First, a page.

My friend Thomas S. Roche started publishing fiction nearly 20 years ago, and he’s written hundreds
of crime, fantasy, and horror short stories. Back in 1999 he’d even shown me the manuscript for a great unpublished action novel — but he’s finally published his first novel for real. (Or at least, the first novel under his own name!)
It’s a zombie apocalypse thriller called The Panama Laugh. But nearly a decade earlier, before the Kindle was even invented, I’d already started thinking of Thomas as “my professional fiction-writing friend”. So I’m thrilled to be able to finally interview him about what he thinks of the self-publishing revolution, the Kindle, and e-books in general — and of course, his new zombie thriller, The Panama Laugh.
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Q: For a while, Amazon was automatically adding their standard link at the left side of your book’s page that shouts “Tell the Publisher! I’d like to read this book on Kindle…” I’ve always wanted to ask an author how you feel about that. (Their next sentence is “Don’t have a Kindle? Get your Kindle here, or download a FREE Kindle Reading App…”)
THOMAS S. ROCHE: Oh, I think that’s just typical Amazon marketing — for a while they weren’t just trying to win readers; they were trying to convince publishers to publish in e-book format. I think that battle has been won.
With its Kindle marketing, Amazon committed a brilliant coup. It handled the press like it was an army of well-trained Chihuahuas. Amazon did this because it knew that it could control the e-book market in ways that it could never control the print market. By putting out press releases about how many e-books they’d sold, they augmented the public perception that “everyone is doing it.” The result is that more people tried e-books….people who might not have tried e-books, otherwise.
I don’t believe this derives from any fundamental shift in technology that enabled the Kindle… that is, the e-ink. In other words, I don’t think the e-ink technology helped, other than providing a series of talking points: “It looks just like a book! It seems just like paper! You can read it in direct sunlight!” All of which, combined with the widespread perception that e-books were becoming more common, convinced people that e-readers were worth trying.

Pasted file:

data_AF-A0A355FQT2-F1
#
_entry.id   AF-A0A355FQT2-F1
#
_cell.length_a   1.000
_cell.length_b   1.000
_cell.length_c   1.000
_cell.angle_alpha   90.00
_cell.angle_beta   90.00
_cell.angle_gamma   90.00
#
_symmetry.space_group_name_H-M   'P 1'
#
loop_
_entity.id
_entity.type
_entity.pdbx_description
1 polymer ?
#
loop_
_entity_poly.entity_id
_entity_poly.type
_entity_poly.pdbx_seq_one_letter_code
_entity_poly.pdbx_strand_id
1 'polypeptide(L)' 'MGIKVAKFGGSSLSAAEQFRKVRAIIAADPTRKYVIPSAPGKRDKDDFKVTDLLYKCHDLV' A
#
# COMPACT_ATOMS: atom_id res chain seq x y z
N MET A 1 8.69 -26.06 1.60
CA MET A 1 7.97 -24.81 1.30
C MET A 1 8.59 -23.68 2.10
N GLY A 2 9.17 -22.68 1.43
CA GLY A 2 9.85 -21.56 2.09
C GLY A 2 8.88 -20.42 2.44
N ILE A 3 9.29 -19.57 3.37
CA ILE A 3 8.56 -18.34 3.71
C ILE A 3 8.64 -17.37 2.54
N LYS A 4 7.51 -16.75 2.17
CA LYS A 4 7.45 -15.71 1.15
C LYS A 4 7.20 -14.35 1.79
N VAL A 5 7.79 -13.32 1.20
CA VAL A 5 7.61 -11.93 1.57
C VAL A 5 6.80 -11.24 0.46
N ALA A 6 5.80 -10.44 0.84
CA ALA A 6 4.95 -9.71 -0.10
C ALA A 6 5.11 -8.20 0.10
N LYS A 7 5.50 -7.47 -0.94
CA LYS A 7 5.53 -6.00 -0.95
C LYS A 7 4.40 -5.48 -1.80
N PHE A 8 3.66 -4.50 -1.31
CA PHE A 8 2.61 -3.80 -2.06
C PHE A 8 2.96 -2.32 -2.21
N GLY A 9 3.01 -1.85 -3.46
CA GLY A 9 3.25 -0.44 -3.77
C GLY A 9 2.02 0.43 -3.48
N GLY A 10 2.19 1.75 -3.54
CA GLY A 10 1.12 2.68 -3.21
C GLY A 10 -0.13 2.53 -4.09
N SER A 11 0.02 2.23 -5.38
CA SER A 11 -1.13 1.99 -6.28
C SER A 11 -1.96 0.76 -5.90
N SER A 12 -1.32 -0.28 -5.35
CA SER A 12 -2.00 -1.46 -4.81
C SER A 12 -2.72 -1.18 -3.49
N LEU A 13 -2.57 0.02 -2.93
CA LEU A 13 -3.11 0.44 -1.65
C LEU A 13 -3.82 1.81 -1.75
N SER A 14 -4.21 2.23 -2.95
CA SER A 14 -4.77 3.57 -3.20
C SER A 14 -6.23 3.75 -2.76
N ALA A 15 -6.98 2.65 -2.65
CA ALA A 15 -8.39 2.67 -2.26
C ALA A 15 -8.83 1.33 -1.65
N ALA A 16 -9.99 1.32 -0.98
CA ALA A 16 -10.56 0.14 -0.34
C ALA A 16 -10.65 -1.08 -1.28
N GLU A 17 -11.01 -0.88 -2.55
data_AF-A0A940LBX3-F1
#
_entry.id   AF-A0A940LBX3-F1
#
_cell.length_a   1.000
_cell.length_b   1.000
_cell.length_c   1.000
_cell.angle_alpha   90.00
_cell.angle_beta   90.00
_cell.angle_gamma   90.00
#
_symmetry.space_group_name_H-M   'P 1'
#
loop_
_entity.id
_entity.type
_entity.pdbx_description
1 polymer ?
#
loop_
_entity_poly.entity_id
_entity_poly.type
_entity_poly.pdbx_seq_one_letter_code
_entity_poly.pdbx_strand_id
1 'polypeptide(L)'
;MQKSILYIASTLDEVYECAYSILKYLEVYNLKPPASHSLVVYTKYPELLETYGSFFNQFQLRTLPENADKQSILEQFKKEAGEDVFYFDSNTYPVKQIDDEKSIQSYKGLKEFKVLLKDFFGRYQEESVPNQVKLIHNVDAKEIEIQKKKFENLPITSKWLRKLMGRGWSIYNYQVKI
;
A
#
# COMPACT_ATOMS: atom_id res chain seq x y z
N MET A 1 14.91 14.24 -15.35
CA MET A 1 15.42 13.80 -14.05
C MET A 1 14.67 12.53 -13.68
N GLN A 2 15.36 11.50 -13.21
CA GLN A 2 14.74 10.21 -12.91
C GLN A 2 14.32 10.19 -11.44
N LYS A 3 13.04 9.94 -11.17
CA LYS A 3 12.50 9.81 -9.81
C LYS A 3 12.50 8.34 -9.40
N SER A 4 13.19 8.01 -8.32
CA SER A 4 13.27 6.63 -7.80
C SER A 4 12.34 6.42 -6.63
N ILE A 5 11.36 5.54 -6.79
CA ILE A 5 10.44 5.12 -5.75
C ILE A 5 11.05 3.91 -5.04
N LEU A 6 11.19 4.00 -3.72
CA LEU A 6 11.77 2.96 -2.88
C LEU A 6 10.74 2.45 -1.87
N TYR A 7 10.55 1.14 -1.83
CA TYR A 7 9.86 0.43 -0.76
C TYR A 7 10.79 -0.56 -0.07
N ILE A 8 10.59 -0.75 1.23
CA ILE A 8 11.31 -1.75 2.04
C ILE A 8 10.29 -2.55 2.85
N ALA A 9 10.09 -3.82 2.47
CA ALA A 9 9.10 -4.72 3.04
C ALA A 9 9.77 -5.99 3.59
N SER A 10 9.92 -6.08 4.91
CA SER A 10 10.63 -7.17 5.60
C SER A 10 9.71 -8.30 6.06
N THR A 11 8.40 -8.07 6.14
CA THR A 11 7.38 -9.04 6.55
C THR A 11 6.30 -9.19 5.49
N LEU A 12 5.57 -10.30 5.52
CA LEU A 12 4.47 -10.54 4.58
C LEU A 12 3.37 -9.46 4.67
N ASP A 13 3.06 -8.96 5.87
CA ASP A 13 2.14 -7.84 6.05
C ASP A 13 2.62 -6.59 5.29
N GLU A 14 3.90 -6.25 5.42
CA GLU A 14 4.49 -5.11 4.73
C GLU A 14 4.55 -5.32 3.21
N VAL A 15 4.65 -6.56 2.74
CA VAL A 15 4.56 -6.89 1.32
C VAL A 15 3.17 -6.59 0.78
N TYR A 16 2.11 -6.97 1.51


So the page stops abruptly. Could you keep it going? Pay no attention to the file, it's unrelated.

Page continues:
Q: Okay, but I’ll admit that once I tried e-books, I absolutely loved them. (And I’m not the only one!) So what do you personally think about the brand new craze for “virtual” books that can be downloaded into digital readers?
THOMAS S. ROCHE: As I found when I started reading e-books on the Palm Pilot in about 2000, the advantages of e-books are enormous. There’s something really nice about settling down with a big fat paperback or a gorgeous hardcover, and e-books are never going to take that away. But there’s also a huge advantage to having a hundred or a thousand books in your pocket…being able to get virtually any public domain work in English for free in about 10 seconds with a wireless connection… being able to buy books about organized crime in Indonesia for $10, when a year ago it would have taken me six weeks to get it through inter-library loan, or cost me $100. I’m never going to give up books, but e-books have vastly enriched my reading experience!
Q: Here’s what I consider the million-dollar “what-if.” All the Kindle bloggers are buzzing about a former insurance executive named John Locke, who became the first self-published author to sell one million e-books in Amazon’s Kindle store. (And he then, just recently, landed a contract with Simon & Schuster for his “Donovan Creed” novels.) Is this opening the door to wonderful changes in the world of reading, when any voice with a personal story to tell can skip past the gatekeepers at the publishing-house? Or are we losing something precious, which more experienced authors like yourself can fully appreciate?
TSR: I honestly have no idea… I’ve read some self-published works that were absolutely amazing. I’ve read lots more works from mainstream publishers that were wretchedly, indescribably terrible, like nightmares turned into words, and not in a good way. Many of these works that I considered awful were hugely successful, not just with readers but with the reviews establishment… So I don’t know that I see much of a difference happening.